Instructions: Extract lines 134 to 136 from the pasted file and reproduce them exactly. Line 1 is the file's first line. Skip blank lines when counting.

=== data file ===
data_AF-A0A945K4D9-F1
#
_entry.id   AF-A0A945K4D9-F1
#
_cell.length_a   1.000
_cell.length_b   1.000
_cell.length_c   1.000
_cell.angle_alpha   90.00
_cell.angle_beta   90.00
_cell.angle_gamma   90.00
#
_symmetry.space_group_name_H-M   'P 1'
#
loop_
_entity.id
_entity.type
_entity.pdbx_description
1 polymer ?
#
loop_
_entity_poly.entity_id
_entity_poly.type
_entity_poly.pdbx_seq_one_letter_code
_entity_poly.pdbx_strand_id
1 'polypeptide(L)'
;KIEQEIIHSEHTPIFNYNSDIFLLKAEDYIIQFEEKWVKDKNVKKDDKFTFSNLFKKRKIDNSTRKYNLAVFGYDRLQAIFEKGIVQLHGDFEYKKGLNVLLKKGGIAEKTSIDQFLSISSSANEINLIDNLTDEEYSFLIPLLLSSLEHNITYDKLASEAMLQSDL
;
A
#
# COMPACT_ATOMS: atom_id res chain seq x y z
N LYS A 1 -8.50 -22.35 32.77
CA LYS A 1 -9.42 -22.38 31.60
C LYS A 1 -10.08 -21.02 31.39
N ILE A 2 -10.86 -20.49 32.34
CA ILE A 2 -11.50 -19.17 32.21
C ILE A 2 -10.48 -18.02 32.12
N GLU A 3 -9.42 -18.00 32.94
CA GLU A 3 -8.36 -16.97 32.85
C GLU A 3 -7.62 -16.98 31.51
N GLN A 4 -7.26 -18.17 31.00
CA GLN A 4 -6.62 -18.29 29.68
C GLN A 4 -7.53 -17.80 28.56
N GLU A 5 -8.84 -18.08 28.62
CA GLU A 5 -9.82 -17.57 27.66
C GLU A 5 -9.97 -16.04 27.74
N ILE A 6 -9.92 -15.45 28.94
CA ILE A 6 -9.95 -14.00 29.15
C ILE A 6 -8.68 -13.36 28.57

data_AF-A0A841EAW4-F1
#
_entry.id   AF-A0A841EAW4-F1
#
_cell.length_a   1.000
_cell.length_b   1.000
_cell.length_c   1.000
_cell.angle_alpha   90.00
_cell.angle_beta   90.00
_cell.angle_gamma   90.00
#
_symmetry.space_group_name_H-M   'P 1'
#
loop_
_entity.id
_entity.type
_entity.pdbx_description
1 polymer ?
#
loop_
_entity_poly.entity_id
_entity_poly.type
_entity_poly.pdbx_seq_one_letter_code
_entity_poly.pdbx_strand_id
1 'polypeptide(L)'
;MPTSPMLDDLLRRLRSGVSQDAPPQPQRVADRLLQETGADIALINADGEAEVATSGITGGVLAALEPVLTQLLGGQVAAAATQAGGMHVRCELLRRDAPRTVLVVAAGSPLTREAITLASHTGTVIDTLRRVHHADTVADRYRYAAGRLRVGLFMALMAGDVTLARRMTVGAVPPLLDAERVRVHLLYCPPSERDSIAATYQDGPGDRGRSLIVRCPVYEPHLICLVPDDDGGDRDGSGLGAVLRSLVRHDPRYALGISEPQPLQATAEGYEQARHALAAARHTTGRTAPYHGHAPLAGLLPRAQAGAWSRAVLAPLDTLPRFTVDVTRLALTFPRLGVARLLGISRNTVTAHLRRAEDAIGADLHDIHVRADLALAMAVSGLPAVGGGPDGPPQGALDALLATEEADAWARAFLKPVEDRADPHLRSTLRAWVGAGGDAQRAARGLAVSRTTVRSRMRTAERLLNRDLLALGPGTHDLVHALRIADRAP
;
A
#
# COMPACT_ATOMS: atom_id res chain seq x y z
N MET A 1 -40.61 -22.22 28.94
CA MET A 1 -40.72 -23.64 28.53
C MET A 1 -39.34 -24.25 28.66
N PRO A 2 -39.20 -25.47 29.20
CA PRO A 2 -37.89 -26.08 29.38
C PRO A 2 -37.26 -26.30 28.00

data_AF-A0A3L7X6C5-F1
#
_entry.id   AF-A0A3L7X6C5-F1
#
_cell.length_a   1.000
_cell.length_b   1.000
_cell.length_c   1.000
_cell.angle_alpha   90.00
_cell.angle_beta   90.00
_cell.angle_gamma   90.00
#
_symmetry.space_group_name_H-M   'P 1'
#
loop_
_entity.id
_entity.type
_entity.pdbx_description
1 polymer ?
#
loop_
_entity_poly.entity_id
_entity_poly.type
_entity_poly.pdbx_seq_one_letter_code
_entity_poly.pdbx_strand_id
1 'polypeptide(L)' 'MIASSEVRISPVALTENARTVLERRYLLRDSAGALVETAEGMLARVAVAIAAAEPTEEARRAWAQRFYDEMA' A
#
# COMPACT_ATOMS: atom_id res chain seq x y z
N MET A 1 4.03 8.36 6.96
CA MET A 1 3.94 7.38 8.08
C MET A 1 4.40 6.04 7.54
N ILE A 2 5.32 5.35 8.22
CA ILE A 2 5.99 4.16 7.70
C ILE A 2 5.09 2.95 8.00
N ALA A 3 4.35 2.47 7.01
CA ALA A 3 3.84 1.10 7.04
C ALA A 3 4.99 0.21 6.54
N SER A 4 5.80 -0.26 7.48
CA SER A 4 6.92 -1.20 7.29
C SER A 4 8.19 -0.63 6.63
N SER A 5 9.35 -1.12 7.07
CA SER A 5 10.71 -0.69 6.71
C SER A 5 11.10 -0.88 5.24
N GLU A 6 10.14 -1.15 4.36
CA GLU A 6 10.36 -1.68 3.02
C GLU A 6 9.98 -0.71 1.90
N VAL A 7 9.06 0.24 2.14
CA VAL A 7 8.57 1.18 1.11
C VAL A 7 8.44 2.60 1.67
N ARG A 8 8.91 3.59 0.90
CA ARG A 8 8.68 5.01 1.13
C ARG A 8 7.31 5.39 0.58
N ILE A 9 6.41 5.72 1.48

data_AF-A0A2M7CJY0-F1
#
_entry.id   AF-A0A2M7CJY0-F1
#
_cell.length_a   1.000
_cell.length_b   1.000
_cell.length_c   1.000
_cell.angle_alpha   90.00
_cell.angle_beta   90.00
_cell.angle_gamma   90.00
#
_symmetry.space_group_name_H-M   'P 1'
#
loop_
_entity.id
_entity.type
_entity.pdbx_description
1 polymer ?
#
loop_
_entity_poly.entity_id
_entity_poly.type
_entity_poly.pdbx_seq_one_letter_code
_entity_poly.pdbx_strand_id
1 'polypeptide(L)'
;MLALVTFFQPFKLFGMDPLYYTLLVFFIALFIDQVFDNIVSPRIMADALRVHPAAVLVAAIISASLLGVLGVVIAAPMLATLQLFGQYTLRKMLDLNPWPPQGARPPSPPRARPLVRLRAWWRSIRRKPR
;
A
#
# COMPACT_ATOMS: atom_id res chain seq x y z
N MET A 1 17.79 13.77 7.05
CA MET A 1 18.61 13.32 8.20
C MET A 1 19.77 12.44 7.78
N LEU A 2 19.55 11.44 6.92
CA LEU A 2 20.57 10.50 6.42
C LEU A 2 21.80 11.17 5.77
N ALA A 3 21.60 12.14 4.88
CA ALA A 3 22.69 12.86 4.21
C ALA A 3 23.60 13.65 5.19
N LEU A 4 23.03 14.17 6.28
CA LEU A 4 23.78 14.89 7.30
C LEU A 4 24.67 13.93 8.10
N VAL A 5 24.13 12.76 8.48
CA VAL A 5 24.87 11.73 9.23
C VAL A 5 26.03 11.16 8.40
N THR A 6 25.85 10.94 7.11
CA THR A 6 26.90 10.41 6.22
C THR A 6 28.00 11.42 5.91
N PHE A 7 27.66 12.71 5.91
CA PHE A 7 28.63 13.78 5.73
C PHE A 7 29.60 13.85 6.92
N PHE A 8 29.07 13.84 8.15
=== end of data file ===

CA ARG A 8 8.68 5.01 1.13
C ARG A 8 7.31 5.39 0.58
N ILE A 9 6.41 5.72 1.48